Better pull myself together for this dreadful meeting, and then get back to work — mostly to the page, I hope, and I’ll feel better on every level once the reason for the meeting is resolved.

I’ve also got a couple of new plays battering around inside my skull. They’ve got to wait to come out until I get the short stories on deadline done and the Christmas cards out, but they’ve taken up quite a clatter in there.

Devon

Monday, December 7, 2009

Monday, December 7, 2009
Waning Moon
Uranus Retrograde
Sunny and cold

I have some catching up to do with you, don’t I? The decorating is getting started, but there’s still more apartment sorting to be done before I can really commit to it. But at least the front door’s done. Ran around to places like Michael’s and the garden center on Saturday, and spent the rest of the day sorting out the apartment. I have a couple of carloads of stuff stacked in the hallway to go to storage — and then I’ll bring in the rest of the decorations.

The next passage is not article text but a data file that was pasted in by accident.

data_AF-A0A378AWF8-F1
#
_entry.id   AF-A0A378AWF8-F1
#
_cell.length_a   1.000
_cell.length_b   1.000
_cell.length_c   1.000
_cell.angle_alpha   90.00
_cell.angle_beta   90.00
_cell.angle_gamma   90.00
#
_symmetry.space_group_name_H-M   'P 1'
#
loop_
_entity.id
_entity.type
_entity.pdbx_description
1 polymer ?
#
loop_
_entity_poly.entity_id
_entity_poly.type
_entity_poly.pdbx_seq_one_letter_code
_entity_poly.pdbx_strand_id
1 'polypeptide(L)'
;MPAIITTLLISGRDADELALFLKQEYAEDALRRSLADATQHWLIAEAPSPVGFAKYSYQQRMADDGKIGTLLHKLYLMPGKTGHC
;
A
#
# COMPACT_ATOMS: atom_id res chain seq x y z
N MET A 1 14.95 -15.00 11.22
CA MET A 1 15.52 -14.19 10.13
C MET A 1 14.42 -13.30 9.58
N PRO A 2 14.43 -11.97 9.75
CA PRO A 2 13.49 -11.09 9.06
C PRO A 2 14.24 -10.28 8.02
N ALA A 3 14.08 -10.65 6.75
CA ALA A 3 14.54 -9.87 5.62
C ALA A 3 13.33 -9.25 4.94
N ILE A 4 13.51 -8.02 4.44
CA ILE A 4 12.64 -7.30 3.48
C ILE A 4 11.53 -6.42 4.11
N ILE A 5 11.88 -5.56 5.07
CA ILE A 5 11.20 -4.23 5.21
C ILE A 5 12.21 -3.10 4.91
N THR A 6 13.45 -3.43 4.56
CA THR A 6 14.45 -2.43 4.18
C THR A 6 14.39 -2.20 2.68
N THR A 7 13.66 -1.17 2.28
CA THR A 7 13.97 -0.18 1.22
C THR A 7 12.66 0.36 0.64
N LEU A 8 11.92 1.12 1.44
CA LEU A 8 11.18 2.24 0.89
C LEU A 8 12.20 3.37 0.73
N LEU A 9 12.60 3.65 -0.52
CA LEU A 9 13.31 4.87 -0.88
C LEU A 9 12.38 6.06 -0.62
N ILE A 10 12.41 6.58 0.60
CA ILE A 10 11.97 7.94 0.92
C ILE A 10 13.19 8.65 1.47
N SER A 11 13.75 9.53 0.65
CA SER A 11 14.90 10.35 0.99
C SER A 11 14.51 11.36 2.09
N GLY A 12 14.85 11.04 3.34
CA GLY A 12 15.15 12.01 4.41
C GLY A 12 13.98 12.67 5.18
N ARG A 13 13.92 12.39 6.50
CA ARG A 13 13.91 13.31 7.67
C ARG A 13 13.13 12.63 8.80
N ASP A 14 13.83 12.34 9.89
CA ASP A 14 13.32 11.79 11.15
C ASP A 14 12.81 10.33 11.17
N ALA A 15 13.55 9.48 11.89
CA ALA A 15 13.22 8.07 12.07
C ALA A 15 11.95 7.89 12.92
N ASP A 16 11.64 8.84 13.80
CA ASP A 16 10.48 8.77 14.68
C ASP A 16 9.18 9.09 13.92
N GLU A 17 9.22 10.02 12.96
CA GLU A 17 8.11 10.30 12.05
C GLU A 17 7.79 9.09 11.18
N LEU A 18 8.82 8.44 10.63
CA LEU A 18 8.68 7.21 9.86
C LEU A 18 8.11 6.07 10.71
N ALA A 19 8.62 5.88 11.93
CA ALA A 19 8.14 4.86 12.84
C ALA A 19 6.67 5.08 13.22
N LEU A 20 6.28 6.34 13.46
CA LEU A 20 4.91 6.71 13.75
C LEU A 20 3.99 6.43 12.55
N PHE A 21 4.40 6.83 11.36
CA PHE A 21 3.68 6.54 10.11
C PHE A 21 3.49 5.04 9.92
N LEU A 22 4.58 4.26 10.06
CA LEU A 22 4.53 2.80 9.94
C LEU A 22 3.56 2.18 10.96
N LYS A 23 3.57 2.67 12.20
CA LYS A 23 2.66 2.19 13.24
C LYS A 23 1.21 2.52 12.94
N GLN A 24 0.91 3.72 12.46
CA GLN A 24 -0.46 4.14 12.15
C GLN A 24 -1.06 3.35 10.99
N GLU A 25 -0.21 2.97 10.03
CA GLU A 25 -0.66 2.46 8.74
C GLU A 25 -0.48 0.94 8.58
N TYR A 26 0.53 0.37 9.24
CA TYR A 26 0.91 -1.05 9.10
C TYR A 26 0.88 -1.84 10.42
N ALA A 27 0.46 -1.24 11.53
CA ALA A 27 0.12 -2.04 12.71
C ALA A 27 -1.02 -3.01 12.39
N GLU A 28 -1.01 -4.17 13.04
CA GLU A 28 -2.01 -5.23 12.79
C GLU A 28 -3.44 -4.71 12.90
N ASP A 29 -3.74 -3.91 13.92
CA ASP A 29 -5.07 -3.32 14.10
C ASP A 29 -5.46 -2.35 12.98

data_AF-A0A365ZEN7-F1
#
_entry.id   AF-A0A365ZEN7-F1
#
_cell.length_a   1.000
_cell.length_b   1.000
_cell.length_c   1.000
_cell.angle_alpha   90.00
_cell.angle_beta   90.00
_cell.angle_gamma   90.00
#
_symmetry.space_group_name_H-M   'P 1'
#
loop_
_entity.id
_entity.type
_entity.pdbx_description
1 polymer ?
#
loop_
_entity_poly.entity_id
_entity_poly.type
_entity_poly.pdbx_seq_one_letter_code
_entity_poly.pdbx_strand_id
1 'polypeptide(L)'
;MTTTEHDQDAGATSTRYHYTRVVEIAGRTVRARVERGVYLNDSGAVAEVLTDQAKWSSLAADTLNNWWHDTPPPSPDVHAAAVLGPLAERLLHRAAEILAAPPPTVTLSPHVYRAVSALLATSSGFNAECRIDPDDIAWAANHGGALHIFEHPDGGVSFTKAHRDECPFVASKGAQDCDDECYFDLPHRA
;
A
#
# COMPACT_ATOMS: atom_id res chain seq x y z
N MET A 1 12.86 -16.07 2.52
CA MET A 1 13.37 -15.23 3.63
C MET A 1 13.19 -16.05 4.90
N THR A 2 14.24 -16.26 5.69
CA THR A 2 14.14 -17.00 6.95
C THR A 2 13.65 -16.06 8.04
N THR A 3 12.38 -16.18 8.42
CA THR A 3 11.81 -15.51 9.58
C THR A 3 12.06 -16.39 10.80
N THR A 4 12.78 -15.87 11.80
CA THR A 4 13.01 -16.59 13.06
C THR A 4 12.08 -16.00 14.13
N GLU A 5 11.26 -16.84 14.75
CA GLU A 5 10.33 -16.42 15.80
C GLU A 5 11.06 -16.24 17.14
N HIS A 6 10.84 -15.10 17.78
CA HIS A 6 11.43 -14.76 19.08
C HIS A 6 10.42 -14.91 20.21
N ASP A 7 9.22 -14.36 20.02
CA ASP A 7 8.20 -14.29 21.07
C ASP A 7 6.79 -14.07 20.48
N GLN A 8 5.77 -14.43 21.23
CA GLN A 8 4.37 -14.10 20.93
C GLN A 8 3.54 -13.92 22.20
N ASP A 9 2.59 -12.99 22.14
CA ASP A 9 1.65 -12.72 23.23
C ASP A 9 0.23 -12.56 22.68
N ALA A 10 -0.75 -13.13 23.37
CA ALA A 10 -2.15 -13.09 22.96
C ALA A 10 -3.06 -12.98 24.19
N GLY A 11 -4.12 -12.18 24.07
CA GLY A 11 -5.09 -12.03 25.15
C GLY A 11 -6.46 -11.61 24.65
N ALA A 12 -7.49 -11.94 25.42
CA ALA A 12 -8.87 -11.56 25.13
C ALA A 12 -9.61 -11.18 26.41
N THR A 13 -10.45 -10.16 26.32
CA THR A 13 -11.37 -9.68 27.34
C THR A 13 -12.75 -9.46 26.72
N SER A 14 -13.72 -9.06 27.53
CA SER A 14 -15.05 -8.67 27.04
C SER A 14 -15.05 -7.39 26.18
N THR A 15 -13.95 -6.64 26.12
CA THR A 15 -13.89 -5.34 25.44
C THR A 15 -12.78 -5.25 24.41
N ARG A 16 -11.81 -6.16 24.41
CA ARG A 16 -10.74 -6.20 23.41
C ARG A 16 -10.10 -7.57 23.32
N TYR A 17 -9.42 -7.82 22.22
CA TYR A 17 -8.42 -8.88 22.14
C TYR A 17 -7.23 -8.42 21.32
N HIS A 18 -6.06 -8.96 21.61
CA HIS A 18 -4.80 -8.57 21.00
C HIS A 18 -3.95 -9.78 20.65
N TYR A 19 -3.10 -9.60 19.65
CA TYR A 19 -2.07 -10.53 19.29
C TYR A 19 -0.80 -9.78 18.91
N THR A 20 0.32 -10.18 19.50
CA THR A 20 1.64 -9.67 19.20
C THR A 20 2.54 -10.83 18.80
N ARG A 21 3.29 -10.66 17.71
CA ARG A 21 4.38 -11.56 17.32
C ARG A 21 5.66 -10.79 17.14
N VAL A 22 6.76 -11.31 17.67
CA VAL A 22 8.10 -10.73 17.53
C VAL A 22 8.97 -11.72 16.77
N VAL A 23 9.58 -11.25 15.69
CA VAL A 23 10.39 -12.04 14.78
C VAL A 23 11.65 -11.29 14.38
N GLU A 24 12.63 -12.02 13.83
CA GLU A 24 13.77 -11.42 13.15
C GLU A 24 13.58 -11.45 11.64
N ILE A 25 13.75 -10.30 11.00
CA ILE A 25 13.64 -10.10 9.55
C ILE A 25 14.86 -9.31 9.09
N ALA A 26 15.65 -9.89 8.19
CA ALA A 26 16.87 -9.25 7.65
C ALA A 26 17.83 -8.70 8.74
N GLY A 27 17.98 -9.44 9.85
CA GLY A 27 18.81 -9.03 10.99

Yesterday, I was too damn tired to do any work on the apartment. “St. Nicholas” made a delightful visit and filled the shoes with candy and cute things. So that was fun. I went out early to get the newspaper, but most of the day was spent resting up, working on Confidential Job #1 (which is due on Wednesday), and writing. I had some really good writing days Saturday, yesterday, and today.